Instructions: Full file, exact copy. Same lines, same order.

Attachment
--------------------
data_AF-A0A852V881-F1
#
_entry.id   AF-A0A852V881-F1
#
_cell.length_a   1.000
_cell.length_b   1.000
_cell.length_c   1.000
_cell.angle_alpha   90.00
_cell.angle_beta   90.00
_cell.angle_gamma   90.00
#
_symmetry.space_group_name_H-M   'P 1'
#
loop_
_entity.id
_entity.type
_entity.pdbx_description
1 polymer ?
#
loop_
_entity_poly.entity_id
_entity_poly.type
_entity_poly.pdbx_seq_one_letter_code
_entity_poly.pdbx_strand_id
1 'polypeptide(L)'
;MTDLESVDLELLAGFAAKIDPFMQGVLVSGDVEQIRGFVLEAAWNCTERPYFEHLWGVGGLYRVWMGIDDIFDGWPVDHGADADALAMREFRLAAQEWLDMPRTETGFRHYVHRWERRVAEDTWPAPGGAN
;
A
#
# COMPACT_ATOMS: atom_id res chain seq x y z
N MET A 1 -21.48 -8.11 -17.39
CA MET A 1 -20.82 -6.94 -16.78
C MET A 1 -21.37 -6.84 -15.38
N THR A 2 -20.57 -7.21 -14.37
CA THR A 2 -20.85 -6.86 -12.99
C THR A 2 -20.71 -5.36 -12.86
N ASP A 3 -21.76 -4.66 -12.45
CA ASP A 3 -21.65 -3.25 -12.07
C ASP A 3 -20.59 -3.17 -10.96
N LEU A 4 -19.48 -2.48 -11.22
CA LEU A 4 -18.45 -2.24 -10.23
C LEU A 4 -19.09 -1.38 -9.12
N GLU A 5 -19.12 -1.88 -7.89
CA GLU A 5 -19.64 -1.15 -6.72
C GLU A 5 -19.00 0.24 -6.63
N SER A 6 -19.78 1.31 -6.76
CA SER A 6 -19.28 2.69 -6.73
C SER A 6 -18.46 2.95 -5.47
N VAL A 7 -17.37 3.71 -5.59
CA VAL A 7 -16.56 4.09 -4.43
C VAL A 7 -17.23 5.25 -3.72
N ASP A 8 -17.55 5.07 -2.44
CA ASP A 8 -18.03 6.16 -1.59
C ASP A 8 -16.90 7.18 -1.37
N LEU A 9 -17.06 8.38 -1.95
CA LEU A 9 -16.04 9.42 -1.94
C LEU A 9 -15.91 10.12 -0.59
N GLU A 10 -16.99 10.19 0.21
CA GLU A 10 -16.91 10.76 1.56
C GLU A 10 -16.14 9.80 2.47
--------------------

data_AF-A0A852V881-F1
#
_entry.id   AF-A0A852V881-F1
#
_cell.length_a   1.000
_cell.length_b   1.000
_cell.length_c   1.000
_cell.angle_alpha   90.00
_cell.angle_beta   90.00
_cell.angle_gamma   90.00
#
_symmetry.space_group_name_H-M   'P 1'
#
loop_
_entity.id
_entity.type
_entity.pdbx_description
1 polymer ?
#
loop_
_entity_poly.entity_id
_entity_poly.type
_entity_poly.pdbx_seq_one_letter_code
_entity_poly.pdbx_strand_id
1 'polypeptide(L)'
;MTDLESVDLELLAGFAAKIDPFMQGVLVSGDVEQIRGFVLEAAWNCTERPYFEHLWGVGGLYRVWMGIDDIFDGWPVDHGADADALAMREFRLAAQEWLDMPRTETGFRHYVHRWERRVAEDTWPAPGGAN
;
A
#
# COMPACT_ATOMS: atom_id res chain seq x y z
N MET A 1 -21.48 -8.11 -17.39
CA MET A 1 -20.82 -6.94 -16.78
C MET A 1 -21.37 -6.84 -15.38
N THR A 2 -20.57 -7.21 -14.37
CA THR A 2 -20.85 -6.86 -12.99
C THR A 2 -20.71 -5.36 -12.86
N ASP A 3 -21.76 -4.66 -12.45
CA ASP A 3 -21.65 -3.25 -12.07
C ASP A 3 -20.59 -3.17 -10.96
N LEU A 4 -19.48 -2.48 -11.22
CA LEU A 4 -18.45 -2.24 -10.23
C LEU A 4 -19.09 -1.38 -9.12
N GLU A 5 -19.12 -1.88 -7.89
CA GLU A 5 -19.64 -1.15 -6.72
C GLU A 5 -19.00 0.24 -6.63
N SER A 6 -19.78 1.31 -6.76
CA SER A 6 -19.28 2.69 -6.73
C SER A 6 -18.46 2.95 -5.47
N VAL A 7 -17.37 3.71 -5.59
CA VAL A 7 -16.56 4.09 -4.43
C VAL A 7 -17.23 5.25 -3.72
N ASP A 8 -17.55 5.07 -2.44
CA ASP A 8 -18.03 6.16 -1.59
C ASP A 8 -16.90 7.18 -1.37
N LEU A 9 -17.06 8.38 -1.95
CA LEU A 9 -16.04 9.42 -1.94
C LEU A 9 -15.91 10.12 -0.59
N GLU A 10 -16.99 10.19 0.21
CA GLU A 10 -16.91 10.76 1.56
C GLU A 10 -16.14 9.80 2.47